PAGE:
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Samsung Galaxy Ring First Impressions: Too Many Open Questions

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Samsung is expanding its portfolio with the introduction of a new device, a development that is particularly thrilling for the wearable industry. The Galaxy Ring, set to go on sale on July 24, promises to popularize a new form factor for health monitoring. At this stage, we are aware of the hardware capabilities, but the software specifics remain quite speculative. Here are my initial impressions of the Galaxy Ring.

Samsung Galaxy Ring
Samsung Galaxy Ring: All deals

In a nutshell

First, it is important to clarify the scope of my hands-on experience with the Galaxy Ring: it was exclusively focused on the hardware. At the time of my testing, software details had not been disclosed. Consequently, I anticipate that the device will integrate with the Wear app similarly to the Galaxy Watch 7 and Watch Ultra, with data being displayed in the Health app like other Samsung wearables.

Regarding the hardware, the Galaxy Ring features a sleek, compact design and is available in three colors: Silver, Black, and Gold. It boasts advanced capabilities such as comprehensive sleep monitoring, continuous heart rate tracking, skin temperature measurement, and various fitness functions, all supported by a battery life of up to 7 days. The device is priced at $399 in the US.

Samsung Galaxy Ring gold in detail
The Galaxy Ring is available in nine sizes and three colors. The golden variant is highlighted here. / © nextpit

Samsung is offering a $50 instant credit for those buying the Galaxy Ring right now, during the pre-order phase. The device will be available in stores starting on July 24, the date confirmed by Samsung for its retail release.

Although Samsung has not provided reasons for this strategy, it is plausible that unresolved legal issues may need to be addressed before the product reaches the market. One thing is clear: Samsung has been notably secretive about the software and user experience aspects of the Galaxy Ring.

Compact & Comfortable

For optimal use, a smart ring must fit perfectly, and Samsung has addressed this well by offering the Galaxy Ring in nine sizes, ranging from 5 to 13. You can ensure the best fit by requesting a fitting kit beforehand—an option I highly recommend for an enhanced experience with the ring .

Samsung Galaxy Ring sizing kit in detail
The sizing kit covers size 5 to 13, from nine variants. / © nextpit

Pros:

  • Available in nine sizes with a fitting kit option.
  • Lightweight and compact.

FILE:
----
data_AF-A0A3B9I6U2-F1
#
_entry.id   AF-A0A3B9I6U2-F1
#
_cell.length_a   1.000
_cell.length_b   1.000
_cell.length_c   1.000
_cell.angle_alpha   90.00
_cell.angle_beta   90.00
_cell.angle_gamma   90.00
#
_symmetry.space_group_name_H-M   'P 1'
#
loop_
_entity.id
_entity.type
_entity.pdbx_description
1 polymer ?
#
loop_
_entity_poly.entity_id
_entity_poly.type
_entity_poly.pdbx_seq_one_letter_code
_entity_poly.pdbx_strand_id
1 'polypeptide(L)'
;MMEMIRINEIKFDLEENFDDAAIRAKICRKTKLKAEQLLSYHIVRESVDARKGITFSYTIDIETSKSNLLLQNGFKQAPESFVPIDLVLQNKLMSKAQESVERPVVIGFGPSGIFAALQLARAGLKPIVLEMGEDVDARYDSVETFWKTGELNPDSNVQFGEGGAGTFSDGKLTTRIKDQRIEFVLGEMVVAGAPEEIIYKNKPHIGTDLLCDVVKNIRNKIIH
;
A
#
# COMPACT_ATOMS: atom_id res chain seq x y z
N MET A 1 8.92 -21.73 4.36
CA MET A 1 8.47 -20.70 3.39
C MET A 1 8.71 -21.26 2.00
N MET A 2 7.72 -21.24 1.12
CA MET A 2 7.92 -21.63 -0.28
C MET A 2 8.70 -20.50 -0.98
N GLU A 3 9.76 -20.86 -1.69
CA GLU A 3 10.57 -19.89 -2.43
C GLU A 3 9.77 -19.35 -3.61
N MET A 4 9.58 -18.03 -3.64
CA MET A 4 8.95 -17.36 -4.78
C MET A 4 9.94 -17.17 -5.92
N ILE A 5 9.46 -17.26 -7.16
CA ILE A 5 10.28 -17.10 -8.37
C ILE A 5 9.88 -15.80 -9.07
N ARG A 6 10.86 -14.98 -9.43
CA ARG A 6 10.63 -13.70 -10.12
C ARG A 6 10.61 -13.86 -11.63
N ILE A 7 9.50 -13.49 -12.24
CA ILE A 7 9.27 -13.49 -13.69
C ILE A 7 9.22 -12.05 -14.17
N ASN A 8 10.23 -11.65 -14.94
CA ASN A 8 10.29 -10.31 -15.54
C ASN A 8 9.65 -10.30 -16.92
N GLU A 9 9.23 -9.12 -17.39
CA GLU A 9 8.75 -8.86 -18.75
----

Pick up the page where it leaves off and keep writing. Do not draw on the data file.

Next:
• Designed for the index finger, making it unobtrusive when worn correctly.
  • IP 68 certification and water-resistant up to 10 ATM.

Cons:

  • Feels awkward on fingers other than the index finger.
  • Thicker than typical jewelry, which might be uncomfortable for some.
  • Concave shape might not appeal to everyone.

The Galaxy Ring is designed to be compact, lightweight, and comfortable on the index finger, its intended position. It may feel noticeably awkward on other fingers, particularly during handshakes.

The smart ring measures 2.6 mm in thickness, 7 mm in width, and weighs between 2.3 and 3 grams depending on the size. Its concave shape is both visible and tangible. Samsung has included a small notch at the bottom of the device to indicate proper placement, similar to the design of the Oura Ring.

The Galaxy Ring is available in three colors, with black being my personal favorite due to its timeless appeal.

Samsung Galaxy Ring in black
Here, the concave shape is pretty visible. This is my favorite color variant of the Galaxy Ring. / © nextpit

Internally, the ring features Samsung's logo and three sensor bumps for tracking vital signals such as temperature, heart rate, and SpO2. These sensors should be positioned at the bottom of the index finger for accurate monitoring.

This is the second smart ring I have tested, following the recent review of the RingConn Ring. Like this one, the Galaxy Ring is so unobtrusive when fitted correctly that you might forget you are wearing it. However, compared to typical jewelry, it is noticeably thicker.

A person wearing the Samsung Galaxy Ring in gold
The Galaxy Ring does not cause any disruption to my hands when placed in the index finger. / © nextpit

Finally, the Galaxy Ring is highly durable, featuring an IP68 certification for water and dust resistance. It can also handle water pressure up to 10 ATM, meaning it is suitable for activities like swimming and diving up to 100 meters deep.

User Experience and Features

As noted earlier, my experience with the Galaxy Ring did not include its connection to a smartphone, which is essential for a smart ring lacking a display. Nonetheless, some aspects of the user experience have been outlined .


Pros:

  • Connects to smartphones via Bluetooth.
  • Find My Ring feature helps locate the ring within the Galaxy ecosystem.